You know about the importance of a value proposition. It is how to describe the unique benefits of working with you. It is the first thing you say to someone to differentiate yourself from other financial advisors. It is the cornerstone of a financial advisor marketing plan.
But once clients sign up with you, what do you deliver to them that fulfills the promise that your value proposition makes? How easy is it for the client to relate one to the other? Once you have taken a client far into your process what will remind them of the original description you gave them of the outcome you deliver?
One of the most perplexing issues we ever uncovered in a client advisory board was for a financial firm that takes pride in the sophistication of its financial plans. They conducted a client survey that included the question “my financial plan is regularly updated” with the multiple-choice answers yes, no, and I don’t know. Strikingly, a significant portion of their top clients answered “I don’t know.”
Consider this is a firm that spends a lot of time on the phone with their clients. They are constantly looking at what is going on in the economy, with the tax laws, and taking all kinds of other things into account in considering how it would affect their clients. And so they are probably updating client plans internally as often as a couple times a year. How is it possible that a significant number of people did not know when their plan was updated? So we asked the client advisory board about it.
It turns out it was a simple matter of labeling. One of the planners had a habit of putting “plan update” at the top of the document in which he had adjusted the client’s projections for all of the variables they consider. And his clients had no question about when their plans were last updated.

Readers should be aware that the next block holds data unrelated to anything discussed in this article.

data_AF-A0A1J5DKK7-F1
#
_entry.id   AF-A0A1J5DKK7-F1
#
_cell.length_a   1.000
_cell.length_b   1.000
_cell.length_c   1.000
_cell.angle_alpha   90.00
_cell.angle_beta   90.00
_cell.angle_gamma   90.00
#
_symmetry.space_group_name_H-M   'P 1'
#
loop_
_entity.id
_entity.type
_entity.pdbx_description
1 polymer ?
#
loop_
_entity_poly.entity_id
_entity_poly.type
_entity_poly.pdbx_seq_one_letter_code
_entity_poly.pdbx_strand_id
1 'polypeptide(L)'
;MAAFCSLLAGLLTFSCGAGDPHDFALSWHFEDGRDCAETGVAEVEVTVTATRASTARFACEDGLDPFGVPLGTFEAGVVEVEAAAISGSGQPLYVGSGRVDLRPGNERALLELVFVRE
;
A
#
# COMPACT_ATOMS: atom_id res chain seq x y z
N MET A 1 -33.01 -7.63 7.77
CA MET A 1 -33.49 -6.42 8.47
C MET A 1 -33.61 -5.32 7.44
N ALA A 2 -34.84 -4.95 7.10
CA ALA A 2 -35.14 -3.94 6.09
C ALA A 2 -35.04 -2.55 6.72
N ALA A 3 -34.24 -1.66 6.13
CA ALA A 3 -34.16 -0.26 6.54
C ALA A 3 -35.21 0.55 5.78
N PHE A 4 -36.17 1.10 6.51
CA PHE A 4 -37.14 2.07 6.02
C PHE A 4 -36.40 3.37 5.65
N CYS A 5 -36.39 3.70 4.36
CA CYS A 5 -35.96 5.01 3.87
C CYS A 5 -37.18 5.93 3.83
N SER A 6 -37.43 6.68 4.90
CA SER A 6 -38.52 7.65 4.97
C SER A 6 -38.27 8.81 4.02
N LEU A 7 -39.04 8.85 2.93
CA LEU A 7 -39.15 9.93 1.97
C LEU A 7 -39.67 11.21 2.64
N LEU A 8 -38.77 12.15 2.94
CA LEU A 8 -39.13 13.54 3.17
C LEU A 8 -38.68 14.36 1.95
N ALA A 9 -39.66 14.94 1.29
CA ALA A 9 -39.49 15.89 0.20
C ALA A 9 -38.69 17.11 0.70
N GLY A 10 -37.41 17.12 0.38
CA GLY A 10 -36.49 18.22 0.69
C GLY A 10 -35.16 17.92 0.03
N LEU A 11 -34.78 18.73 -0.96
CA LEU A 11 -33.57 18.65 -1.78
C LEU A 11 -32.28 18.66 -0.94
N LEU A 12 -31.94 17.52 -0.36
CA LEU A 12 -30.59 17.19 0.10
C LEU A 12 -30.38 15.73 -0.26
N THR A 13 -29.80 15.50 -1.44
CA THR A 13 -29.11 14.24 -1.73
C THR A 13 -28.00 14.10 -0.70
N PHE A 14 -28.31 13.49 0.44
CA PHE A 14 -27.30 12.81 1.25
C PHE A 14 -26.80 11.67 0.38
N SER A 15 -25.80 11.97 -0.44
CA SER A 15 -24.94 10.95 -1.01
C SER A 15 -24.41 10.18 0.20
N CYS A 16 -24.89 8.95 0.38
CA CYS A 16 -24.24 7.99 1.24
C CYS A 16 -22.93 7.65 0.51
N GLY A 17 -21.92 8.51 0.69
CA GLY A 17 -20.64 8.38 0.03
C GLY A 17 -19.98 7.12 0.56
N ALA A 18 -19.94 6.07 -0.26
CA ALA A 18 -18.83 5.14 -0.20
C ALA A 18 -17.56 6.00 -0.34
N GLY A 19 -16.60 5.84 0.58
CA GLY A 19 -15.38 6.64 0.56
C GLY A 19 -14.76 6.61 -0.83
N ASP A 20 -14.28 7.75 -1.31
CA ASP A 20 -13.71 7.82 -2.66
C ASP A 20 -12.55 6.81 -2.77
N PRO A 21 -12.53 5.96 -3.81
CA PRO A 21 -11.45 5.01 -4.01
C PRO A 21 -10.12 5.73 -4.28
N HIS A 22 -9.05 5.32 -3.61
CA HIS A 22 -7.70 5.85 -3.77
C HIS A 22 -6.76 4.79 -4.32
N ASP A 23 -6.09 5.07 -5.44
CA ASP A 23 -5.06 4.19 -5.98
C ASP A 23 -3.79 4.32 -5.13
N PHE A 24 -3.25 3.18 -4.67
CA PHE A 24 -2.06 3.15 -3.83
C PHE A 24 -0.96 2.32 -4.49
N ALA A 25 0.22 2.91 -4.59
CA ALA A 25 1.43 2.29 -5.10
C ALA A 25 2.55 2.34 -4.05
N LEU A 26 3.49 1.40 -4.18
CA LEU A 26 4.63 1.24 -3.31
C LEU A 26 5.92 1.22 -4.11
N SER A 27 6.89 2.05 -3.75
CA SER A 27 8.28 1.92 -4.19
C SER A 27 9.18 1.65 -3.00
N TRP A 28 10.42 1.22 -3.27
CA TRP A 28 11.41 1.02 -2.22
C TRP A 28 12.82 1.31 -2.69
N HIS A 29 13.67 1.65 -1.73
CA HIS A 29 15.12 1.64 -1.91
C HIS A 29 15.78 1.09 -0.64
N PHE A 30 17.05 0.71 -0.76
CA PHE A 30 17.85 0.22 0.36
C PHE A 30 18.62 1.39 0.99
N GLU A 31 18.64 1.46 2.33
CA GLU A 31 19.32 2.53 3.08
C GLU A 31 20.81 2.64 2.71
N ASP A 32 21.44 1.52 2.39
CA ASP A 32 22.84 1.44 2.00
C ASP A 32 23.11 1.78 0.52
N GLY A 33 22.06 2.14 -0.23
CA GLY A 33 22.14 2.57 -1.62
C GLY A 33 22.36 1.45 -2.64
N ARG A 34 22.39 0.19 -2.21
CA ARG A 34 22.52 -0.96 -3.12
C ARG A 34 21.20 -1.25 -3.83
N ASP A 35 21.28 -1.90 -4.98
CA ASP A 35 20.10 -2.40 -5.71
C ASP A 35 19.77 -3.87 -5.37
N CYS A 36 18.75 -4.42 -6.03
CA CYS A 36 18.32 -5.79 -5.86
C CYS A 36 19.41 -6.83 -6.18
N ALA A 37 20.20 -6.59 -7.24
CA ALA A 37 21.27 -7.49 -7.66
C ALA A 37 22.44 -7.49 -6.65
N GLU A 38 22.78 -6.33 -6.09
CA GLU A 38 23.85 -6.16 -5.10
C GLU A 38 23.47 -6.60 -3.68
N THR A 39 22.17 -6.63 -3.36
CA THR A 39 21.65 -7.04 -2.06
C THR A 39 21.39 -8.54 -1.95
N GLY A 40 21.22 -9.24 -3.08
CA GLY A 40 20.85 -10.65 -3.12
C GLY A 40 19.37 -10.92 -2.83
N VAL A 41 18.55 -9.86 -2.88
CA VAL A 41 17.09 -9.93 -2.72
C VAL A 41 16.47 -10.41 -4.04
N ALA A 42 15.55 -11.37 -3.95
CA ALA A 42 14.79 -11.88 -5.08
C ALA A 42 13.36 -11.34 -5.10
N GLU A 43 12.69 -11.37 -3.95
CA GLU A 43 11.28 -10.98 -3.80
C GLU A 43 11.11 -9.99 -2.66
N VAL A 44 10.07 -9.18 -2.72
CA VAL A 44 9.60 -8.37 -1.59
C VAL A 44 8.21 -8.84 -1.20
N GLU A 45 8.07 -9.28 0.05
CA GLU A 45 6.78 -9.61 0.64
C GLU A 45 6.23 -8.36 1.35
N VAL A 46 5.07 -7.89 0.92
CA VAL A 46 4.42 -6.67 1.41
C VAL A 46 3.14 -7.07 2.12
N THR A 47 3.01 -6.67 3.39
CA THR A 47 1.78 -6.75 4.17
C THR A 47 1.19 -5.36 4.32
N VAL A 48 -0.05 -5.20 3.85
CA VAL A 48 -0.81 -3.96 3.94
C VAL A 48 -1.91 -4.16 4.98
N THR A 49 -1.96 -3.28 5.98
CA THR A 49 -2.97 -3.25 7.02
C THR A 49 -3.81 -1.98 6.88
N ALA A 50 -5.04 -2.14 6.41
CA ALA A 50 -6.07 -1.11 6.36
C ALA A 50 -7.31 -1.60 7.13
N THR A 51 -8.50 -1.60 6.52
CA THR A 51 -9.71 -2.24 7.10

As a result of that insight at the client advisory board meeting, they instituted a formal process for asking clients about anything that would affect their plan in preparation of a review meeting and send a formal follow-up document that updates clients on their status. All it took to confirm that they were delivering on their value proposition was providing the client a document with the right title.
Sam is an advisor with a CPA/PFS. Much of what makes him different is the depth of tax analysis he does. Based on that level of skill, he regularly recommends strategies other advisors would not know how to suggest. And by doing so he saves his clients thousands of dollars. But he had a challenge – despite all of his unique work, he wasn’t getting any referrals.
So we took apart his process. He was clear up front about describing his unique expertise. In his positioning statement he talked about how his clients benefit from his tax saving strategies. So far, so good. Then we looked at his deliverables. And guess what we found.